He held me up at the point of a gun

A wall socket

#### Point

A contact in the distributor; as the rotor turns its projecting arm contacts distributor points and current flows to the spark plugs

#### Point

Indicate a place, direction, person, or thing; either spatially or figuratively;
I showed the customer the glove section
He pointed to the empty parking space
He indicated his opponents

#### Point

Be oriented;
The weather vane points North

#### Point

Direct into a position for use;
Point a gun
He charged his weapon at me

#### Point

Direct the course; determine the direction of travelling

#### Point

Be a signal for or a symptom of;
These symptoms indicate a serious illness
Her behavior points to a severe neurosis
The economic indicators signal that the euro is undervalued

#### Point

Sail close to the wind

#### Point

Mark (Hebrew words) with diacritics

#### Point

Mark with diacritics;
Point the letter

#### Point

Mark (a psalm text) to indicate the points at which the music changes

#### Point

Be positionable in a specified manner;
The gun points with ease

#### Point

Intend (something) to move towards a certain goal;
He aimed his fists towards his opponent's face
Criticism directed at her superior
Direct your anger towards others, not towards yourself

#### Point

Give a point to;
The candles are tapered

#### Point

Repair the joints of bricks;
Point a chimney

#### Point

The sharp end or tip of an object.
The point of the pencil is broken.

#### Point

A unit or score in a game.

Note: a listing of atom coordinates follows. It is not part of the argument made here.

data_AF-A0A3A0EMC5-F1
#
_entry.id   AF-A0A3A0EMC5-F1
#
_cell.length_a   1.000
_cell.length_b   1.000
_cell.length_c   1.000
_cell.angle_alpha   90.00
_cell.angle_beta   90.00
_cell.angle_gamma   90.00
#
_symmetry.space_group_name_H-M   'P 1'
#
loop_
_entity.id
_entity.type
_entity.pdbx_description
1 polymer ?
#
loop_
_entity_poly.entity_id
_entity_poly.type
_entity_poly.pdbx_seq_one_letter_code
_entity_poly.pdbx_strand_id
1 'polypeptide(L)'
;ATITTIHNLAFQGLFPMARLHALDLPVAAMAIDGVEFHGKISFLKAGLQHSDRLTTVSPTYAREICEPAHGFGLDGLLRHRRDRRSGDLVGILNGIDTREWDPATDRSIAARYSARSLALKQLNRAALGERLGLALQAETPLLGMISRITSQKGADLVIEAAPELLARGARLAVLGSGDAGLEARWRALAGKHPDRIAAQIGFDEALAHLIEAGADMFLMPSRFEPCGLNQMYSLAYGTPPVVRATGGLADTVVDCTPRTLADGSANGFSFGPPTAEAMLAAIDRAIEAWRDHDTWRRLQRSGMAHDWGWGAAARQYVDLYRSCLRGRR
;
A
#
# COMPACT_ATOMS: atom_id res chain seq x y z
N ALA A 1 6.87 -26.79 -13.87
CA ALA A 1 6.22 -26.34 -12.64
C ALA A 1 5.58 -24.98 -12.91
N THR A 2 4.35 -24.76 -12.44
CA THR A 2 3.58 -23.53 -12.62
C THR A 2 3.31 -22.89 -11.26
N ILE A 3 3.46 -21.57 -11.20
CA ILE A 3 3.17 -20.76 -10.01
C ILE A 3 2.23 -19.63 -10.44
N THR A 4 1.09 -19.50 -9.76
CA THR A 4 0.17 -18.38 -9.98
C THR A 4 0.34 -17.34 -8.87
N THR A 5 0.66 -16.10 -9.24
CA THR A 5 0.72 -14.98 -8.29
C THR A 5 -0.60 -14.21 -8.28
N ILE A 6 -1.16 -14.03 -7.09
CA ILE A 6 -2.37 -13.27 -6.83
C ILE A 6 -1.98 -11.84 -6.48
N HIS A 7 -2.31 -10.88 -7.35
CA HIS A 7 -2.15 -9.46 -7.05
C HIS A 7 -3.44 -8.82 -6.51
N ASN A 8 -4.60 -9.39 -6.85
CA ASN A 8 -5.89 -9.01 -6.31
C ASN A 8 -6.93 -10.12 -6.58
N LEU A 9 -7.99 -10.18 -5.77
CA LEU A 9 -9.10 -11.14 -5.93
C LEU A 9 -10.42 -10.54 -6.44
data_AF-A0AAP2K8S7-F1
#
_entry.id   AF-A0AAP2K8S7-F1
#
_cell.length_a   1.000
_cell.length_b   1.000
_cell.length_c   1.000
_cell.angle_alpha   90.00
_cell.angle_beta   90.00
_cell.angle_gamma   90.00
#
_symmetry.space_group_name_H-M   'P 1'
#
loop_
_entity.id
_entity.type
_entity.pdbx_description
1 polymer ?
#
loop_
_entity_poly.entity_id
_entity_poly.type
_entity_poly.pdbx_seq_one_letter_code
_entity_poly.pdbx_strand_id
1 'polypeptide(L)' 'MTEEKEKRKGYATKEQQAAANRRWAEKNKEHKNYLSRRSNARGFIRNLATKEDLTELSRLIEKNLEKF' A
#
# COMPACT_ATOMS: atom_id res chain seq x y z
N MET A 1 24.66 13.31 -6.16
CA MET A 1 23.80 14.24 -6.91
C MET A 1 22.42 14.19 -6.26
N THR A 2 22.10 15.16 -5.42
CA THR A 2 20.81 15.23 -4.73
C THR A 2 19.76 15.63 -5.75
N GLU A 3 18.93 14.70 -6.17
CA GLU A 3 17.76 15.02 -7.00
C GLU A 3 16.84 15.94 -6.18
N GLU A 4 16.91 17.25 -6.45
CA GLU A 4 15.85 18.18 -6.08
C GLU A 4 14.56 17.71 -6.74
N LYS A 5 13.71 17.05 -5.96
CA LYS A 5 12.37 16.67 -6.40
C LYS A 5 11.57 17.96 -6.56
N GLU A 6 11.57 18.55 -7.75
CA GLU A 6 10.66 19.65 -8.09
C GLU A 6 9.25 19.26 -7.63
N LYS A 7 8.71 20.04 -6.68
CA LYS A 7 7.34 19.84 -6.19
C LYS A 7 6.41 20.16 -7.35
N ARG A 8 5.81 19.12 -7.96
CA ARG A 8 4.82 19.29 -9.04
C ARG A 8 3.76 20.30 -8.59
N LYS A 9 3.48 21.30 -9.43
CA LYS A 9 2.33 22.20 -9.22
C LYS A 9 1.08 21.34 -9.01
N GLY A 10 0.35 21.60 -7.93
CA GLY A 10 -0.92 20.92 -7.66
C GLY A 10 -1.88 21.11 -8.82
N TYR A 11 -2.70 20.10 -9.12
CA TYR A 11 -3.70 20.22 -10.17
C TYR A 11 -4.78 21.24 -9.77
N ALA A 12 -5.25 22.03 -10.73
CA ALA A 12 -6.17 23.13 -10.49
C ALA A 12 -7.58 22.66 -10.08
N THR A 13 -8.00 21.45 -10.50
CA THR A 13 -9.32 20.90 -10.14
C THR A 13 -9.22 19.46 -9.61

He scored three points in the last minute.

## FAQs

#### What does "point" mean in a debate or discussion?

It refers to a particular idea, argument, or statement being made.

#### Can a curve have a vertex?

In the context of a parabola or other such curves, the vertex refers to the highest or lowest point.

#### Is vertex used outside of geometry?

While primarily geometric, it can also describe the top point of physical objects, like a mountain.

#### How many points does a line segment have?

It has infinitely many points but two distinct endpoints.

#### Is every vertex a point?

Yes, every vertex is a point, but not every point is a vertex.

#### How is vertex used in graph theory?

It represents a node in a graph.

#### Can a circle have a vertex?

Typically, no, since a circle is a continuous curve with no corners.

#### Can a point be seen or touched?

In theoretical terms, no, because it has no size. But for practical purposes, we often represent them with visible marks.

#### How is "point" used in sports?

It can refer to a unit of score or a specific moment in the game.

#### How many vertices does a square have?

A square has four vertices.

#### In what context is "point of view" used?

It refers to a particular attitude or way of considering a matter.

#### What does "get to the point" mean?

It means to address the main matter or idea without digression.

#### Can a 3D object have a vertex?

Yes, 3D objects like polyhedrons have vertices where their edges meet.

#### What's the vertex of an angle?

It's the point where the two rays or sides of the angle meet.

#### Is there a difference between a dot and a point?

A dot is a visible mark, while a point, in geometry, is a theoretical concept with no size.

#### How many points determine a line?

Two distinct points determine a unique line.

#### Are the vertices always the corners of a shape?

In polygons and polyhedrons, yes, vertices are the corners.

#### Is the top of a cone called a vertex?

Yes, it's the point where all lines on the surface converge.

#### How many vertices does a pentagon have?

A pentagon has five vertices.

#### Can a point move?

In geometry, a point doesn't move. But in discussions about motion, we might describe a point's changing location.